A horoscope section that tries to be tongue in cheek but has one biting through it instead. A barely readable piece about why women are so scared of proposing. These are typical of the current identity politics and misconstrued version of feminism that exists in 2016, where equality is synonymous with female supremacy and metropolitan elitism.Another claim is that the paper is politically unbiased – which is fair enough – but this comes at the price of having an air of smarmy Corbynism about it. Like the phone-in PMQs, we have David Cameron’s opinions on the EU juxtaposed against those of a secondary school art teacher. A blank space where they want “you to fill it. With your thoughts about what we’ve written”.
A few pages later a feature titled: Would YOU help a child being bullied? It all feels very overtly pseudo-personal. Think north London liberal elite – they might look and sound like they care, but realistically their concern is keeping up the facade of social justice warrior in a sad attempt to outdo their luvvies. That’s how this paper feels – a sad, patronising attempt at being something different.
Supposedly the boffins at Trinity that had the brainwave of creating a printed paper in 2016 listened to what readers of their other publications wanted in a paper. The New Day is what they came up with in a vain attempt to claw back the million or so people who have abandoned newspapers in recent years.
One assumes that what said readers wanted in the age of sponsored content and pop up ads is less adverts, which The New Day actually achieves magnificently. Clearly though, this is for one of two reasons. Either, while newspaper ad revenue is dropping quicker than oil prices, Trinity are planning to make revenue from selling newspapers alone, which is ridiculous.
Or, they couldn’t find anyone who was willing to advertise in a paper full of clickbait when online is so much cheaper and more effective. There were a total of eight adverts in the whole publication, among them three for perfume, one for Aldi and another for DFS, which again seem aimed at stay at home women – hardly gender balanced.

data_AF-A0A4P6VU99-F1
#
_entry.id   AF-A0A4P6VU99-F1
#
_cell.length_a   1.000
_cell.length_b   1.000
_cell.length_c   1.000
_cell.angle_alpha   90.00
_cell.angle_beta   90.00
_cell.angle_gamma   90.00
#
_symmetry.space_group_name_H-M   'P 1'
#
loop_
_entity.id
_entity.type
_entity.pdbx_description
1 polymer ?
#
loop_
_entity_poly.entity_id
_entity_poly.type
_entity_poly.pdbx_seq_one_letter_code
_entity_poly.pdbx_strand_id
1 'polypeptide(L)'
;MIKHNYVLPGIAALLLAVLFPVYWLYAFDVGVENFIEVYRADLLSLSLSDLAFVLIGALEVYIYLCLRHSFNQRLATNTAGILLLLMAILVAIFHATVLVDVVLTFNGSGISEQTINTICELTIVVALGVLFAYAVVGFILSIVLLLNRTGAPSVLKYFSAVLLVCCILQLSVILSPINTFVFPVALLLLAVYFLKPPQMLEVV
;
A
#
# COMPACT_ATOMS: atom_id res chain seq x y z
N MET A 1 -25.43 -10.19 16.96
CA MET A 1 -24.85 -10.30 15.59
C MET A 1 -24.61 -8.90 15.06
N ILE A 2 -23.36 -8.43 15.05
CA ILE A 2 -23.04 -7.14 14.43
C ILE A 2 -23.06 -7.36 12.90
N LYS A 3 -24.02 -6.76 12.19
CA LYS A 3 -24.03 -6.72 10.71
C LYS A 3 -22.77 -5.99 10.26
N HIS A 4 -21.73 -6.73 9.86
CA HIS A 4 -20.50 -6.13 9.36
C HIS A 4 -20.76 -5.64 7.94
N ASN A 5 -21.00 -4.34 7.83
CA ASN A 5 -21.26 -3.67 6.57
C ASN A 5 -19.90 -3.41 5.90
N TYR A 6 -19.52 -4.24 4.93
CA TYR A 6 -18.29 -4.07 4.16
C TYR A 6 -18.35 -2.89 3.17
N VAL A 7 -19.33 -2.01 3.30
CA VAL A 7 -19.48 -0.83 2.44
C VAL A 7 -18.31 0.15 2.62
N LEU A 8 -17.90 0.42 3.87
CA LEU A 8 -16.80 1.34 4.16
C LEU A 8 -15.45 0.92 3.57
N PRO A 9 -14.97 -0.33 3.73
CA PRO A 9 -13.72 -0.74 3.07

Trinity Mirror has the biggest market capitalisation of newspaper sales in the UK, but is adding just 13p of digital advertising for every £1 of print revenue it loses. Cynical maybe, but it seems like awfully bad timing to be launching a paper with such minimal advertising.
On the morning of the New Day launch, Trinity also announced their financial results in an under the rug fashion. Their share price dropped sharply, and my cynicism isn’t displaced when one learns underlying print advertising revenues tumbled 16.6 per cent. What are they thinking?
The Independent died just last week, signalling the death knell for paid print journalism. This new addition from Trinity is digging up the grave of the Indy and burying itself neck deep.
When a paper offers little more than the Metro and far less than the Standard – both of which are free – how does it expect to succeed in a faltering market?
If it looks like a duck, swims like a duck, and quacks like a duck, then it probably is a duck, goes the formula for abductive reasoning, but in this case it’s flawed. It looks like a paper, but doesn’t really go beyond that. If it ain’t broke, don’t fix it.
Some may think that judging an entire publication on its first issue is incredulous, but if it were a TV show, its future success and potential would be based on the pilot. They released the first issue at a massive loss for free to make an impact, but unfortunately, personally, it didn’t.
The attempt to bring something new to the table is admirable, yes, and as much as any nostalgist, I want print media to survive – but not like this: dumbed down, tidbits of condensed news-wire copy, social media whims and celebrity nonsense don’t make anyone any better informed. In the little list of mantras, the final one urges us to “give it time” as this paper “might get a bit of getting used to”.
Time is, as ever, of the essence, and I for one don’t believe they have much of it.
Featured image by Elliott Haworth @elliotthaworth1